Queen's £38m a year windfarm windfall
tony at cultureshop.org.uk
Sun Oct 24 19:55:07 BST 2010
How much the European Monarchies cost:
- Great Britain £68m
- Holland £33.8m
- Norway £23.9m
- Belgium £11.7m
- Denmark £10.5m
- Sweden £10.2m
- Spain £7.4m
- Luxembourg £7.2m
Queen's £38m a year windfarm windfall
Wind farms: Set to make Royal family £38m a year
By Martin Delgado and Christopher Leake - 24 October 2010, 11:28am
The Royal Family have secured a lucrative deal
that will earn them tens of millions of pounds
from the massive expansion of offshore windfarms.
They will net up to £37.5m extra income every
year from the drive for green energy because the
seabed within Britain's territorial waters is owned by the Crown Estate.
Under new measures announced by Chancellor George
Osborne last week, the Royals will soon get 15%
of the profits from the Estate's £6bn property
portfolio, rather than the existing Civil List arrangement.
Experts predict the growth in offshore windfarms
could be worth up to £250m a year to the Crown Estate.
There are already 436 turbines in operation
around the UK's 7,700-mile coastline but within
a decade that number is set to reach nearly 7,000.
Prince Charles is a vociferous campaigner for
renewable energy sources such as these, but is
opposed to turbines being erected on land particularly near his own homes.
He has described windfarms as a 'horrendous blot
on the landscape' and has refused to have any
built at his Highgrove home or on the Duchy of
Cornwall estate. But he has expressed enthusiasm for siting them offshore.
The Crown Estate said profits from windfarms in
Britain's territorial waters which extend
almost 14 miles from the coast could rise to
£100m a year, giving the Royals £15m.
But industry experts said this was an
under-estimate and that the true figure was
likely to be nearer £250m by 2020, with £37.5m for the Royals.
They currently receive about £30m a year from the
Civil List and other grants a figure that will
be frozen until 2012 when it will be replaced by
the new mechanism, called the Sovereign Support Grant.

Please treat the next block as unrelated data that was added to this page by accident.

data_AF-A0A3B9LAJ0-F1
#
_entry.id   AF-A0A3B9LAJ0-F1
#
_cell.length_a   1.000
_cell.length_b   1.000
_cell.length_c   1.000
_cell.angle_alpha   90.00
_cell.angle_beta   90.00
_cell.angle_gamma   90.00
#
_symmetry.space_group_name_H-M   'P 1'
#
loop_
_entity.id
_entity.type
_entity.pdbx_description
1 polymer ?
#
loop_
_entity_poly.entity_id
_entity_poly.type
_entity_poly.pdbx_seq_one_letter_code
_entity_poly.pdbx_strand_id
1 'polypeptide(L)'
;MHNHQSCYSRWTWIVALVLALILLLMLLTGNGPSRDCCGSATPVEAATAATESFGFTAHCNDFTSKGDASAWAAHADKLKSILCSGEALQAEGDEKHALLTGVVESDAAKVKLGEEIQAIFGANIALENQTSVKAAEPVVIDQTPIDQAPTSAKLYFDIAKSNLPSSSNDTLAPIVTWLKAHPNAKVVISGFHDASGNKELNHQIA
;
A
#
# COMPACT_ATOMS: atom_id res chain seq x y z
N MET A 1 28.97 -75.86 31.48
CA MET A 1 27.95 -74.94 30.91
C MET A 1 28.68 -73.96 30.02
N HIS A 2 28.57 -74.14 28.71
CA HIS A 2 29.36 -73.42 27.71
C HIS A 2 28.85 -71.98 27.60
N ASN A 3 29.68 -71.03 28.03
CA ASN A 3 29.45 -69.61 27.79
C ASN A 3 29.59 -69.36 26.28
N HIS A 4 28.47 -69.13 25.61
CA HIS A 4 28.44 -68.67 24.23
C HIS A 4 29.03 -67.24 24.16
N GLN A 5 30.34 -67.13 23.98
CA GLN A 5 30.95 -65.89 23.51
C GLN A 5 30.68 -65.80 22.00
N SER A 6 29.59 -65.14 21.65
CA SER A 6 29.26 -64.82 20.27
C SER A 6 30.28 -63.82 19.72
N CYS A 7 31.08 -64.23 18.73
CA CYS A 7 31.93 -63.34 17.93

The level was calculated based on the Crown
Estate's current annual profit of £211m 15% of
which would be in line with current income. But
if the experts are correct about windfarm
returns, the Monarchy's budget would more than double, to around £68m.
The canny boost to Royal finances was quietly
slipped through as part of last week's Comprehensive Spending Review.
In what one source described last night as a
'masterstroke' by the Prince's closest adviser
Sir Michael Peat, 250 years of history was
overturned by scrapping the arrangement under
which taxpayers' money has been used to fund the
Royals and pay for the upkeep of their palaces.
The Civil List which has financed the Monarchy
since King George III surrendered all revenues
from the Crown Estate after running up massive
debts meant the Royal finances were accountable
to Parliament, but the Sovereign Support Grant will avoid such scrutiny.
Old Etonian accountant Sir Michael, 60, Charles's
Principal Private Secretary, is the former Keeper
of the Privy Purse at Buckingham Palace. He is
the great-grandson of the founder of accountancy firm Peat Marwick.
'There is nothing Michael does not know about
Royal finances,' said a source. 'His depth of
knowledge will have been invaluable. Charles has
always believed the money from the Crown Estate
was taken away from the family. Now they have got
it back. One could say they have pulled a fast one.'
Last month, the Prince visited an exhibition in
Wales about offshore energy. David Jones, of
Marine Energy Pembrokeshire, said the Prince had
asked a number of questions about wind-driven technology.
'Charles seemed enthused about the potential for
marine energy in Pembrokeshire. He asked about
how the devices worked, where they would be
deployed and whether there was public and governmental support.'
By 2020, 6,400 turbines each one rising 500ft
above the sea are expected to be in operation
around the UK coastline. Household energy bills
will have to rise to pay for the £75 billion
expansion, which has been described as one of the
biggest engineering projects in recent history.
The EU has told Britain it must generate more of
its energy needs from renewable sources. But
critics say the plan to increase Britain's
dependence on green energy is flawed and could
leave homes and business suffering routine power cuts within five years.
Sir Martin Holdgate, former chief scientist at
the Department for the Environment, said: 'There
is pressure to act on climate change. But when
you look at the cost per unit, it is a rather
expensive way of providing electricity.'
In its latest accounts, the Crown Estate says
that its offshore windfarm business is
'experiencing exponential growth and we expect it
to provide a significant source of total income in the next ten years'.
Revenue to the Estate from the windfarms rose by
44% last year to a 'low base' of £2.6m.
But with the third round of contracts handed out
in January, companies bidding for the work say a bonanza is on the horizon.
+44 (0)7786 952037
"Capitalism is institutionalised bribery."
"The maintenance of secrets acts like a psychic
poison which alienates the possessor from the community" Carl Jung
More information about the Diggers350